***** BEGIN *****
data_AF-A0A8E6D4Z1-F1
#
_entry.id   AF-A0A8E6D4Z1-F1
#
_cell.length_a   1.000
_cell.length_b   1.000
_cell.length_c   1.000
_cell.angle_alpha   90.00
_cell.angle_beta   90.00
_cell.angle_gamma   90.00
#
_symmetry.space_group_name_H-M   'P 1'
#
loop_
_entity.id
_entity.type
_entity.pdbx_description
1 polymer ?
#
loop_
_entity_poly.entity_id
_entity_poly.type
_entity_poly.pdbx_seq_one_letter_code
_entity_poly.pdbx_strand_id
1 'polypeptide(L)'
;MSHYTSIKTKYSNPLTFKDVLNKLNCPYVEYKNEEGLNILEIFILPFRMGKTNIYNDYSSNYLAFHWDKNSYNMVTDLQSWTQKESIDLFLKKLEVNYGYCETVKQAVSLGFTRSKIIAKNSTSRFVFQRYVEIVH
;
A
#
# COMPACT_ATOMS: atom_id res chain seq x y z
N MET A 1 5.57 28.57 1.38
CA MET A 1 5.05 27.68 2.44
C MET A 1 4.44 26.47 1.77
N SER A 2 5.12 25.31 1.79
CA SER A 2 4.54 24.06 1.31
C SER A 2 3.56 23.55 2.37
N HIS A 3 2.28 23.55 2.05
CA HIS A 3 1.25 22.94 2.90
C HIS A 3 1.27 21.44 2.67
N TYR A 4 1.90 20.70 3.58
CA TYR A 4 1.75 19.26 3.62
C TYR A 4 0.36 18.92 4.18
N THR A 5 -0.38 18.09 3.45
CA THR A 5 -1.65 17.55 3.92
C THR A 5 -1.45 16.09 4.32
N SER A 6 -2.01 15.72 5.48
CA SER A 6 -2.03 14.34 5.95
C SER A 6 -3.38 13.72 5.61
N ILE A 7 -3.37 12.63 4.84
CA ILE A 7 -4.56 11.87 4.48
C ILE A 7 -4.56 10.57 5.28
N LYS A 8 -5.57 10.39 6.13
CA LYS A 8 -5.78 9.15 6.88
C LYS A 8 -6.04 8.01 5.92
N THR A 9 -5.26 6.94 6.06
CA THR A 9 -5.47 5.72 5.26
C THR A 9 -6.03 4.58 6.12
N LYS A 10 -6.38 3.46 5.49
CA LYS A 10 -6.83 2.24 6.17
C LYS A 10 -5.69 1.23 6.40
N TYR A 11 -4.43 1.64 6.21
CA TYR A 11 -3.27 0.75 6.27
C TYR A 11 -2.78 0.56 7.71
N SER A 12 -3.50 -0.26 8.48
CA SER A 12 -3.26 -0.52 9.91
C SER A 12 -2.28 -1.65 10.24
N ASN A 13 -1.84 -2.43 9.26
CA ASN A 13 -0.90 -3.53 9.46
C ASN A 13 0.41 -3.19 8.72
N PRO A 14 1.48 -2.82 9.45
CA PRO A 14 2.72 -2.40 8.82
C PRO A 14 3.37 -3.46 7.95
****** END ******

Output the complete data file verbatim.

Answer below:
data_AF-A0A8E6D4Z1-F1
#
_entry.id   AF-A0A8E6D4Z1-F1
#
_cell.length_a   1.000
_cell.length_b   1.000
_cell.length_c   1.000
_cell.angle_alpha   90.00
_cell.angle_beta   90.00
_cell.angle_gamma   90.00
#
_symmetry.space_group_name_H-M   'P 1'
#
loop_
_entity.id
_entity.type
_entity.pdbx_description
1 polymer ?
#
loop_
_entity_poly.entity_id
_entity_poly.type
_entity_poly.pdbx_seq_one_letter_code
_entity_poly.pdbx_strand_id
1 'polypeptide(L)'
;MSHYTSIKTKYSNPLTFKDVLNKLNCPYVEYKNEEGLNILEIFILPFRMGKTNIYNDYSSNYLAFHWDKNSYNMVTDLQSWTQKESIDLFLKKLEVNYGYCETVKQAVSLGFTRSKIIAKNSTSRFVFQRYVEIVH
;
A
#
# COMPACT_ATOMS: atom_id res chain seq x y z
N MET A 1 5.57 28.57 1.38
CA MET A 1 5.05 27.68 2.44
C MET A 1 4.44 26.47 1.77
N SER A 2 5.12 25.31 1.79
CA SER A 2 4.54 24.06 1.31
C SER A 2 3.56 23.55 2.37
N HIS A 3 2.28 23.55 2.05
CA HIS A 3 1.25 22.94 2.90
C HIS A 3 1.27 21.44 2.67
N TYR A 4 1.90 20.70 3.58
CA TYR A 4 1.75 19.26 3.62
C TYR A 4 0.36 18.92 4.18
N THR A 5 -0.38 18.09 3.45
CA THR A 5 -1.65 17.55 3.92
C THR A 5 -1.45 16.09 4.32
N SER A 6 -2.01 15.72 5.48
CA SER A 6 -2.03 14.34 5.95
C SER A 6 -3.38 13.72 5.61
N ILE A 7 -3.37 12.63 4.84
CA ILE A 7 -4.56 11.87 4.48
C ILE A 7 -4.56 10.57 5.28
N LYS A 8 -5.57 10.39 6.13
CA LYS A 8 -5.78 9.15 6.88
C LYS A 8 -6.04 8.01 5.92
N THR A 9 -5.26 6.94 6.06
CA THR A 9 -5.47 5.72 5.26
C THR A 9 -6.03 4.58 6.12
N LYS A 10 -6.38 3.46 5.49
CA LYS A 10 -6.83 2.24 6.17
C LYS A 10 -5.69 1.23 6.40
N TYR A 11 -4.43 1.64 6.21
CA TYR A 11 -3.27 0.75 6.27
C TYR A 11 -2.78 0.56 7.71
N SER A 12 -3.50 -0.26 8.48
CA SER A 12 -3.26 -0.52 9.91
C SER A 12 -2.28 -1.65 10.24
N ASN A 13 -1.84 -2.43 9.26
CA ASN A 13 -0.90 -3.53 9.46
C ASN A 13 0.41 -3.19 8.72
N PRO A 14 1.48 -2.82 9.45
CA PRO A 14 2.72 -2.40 8.82
C PRO A 14 3.37 -3.46 7.95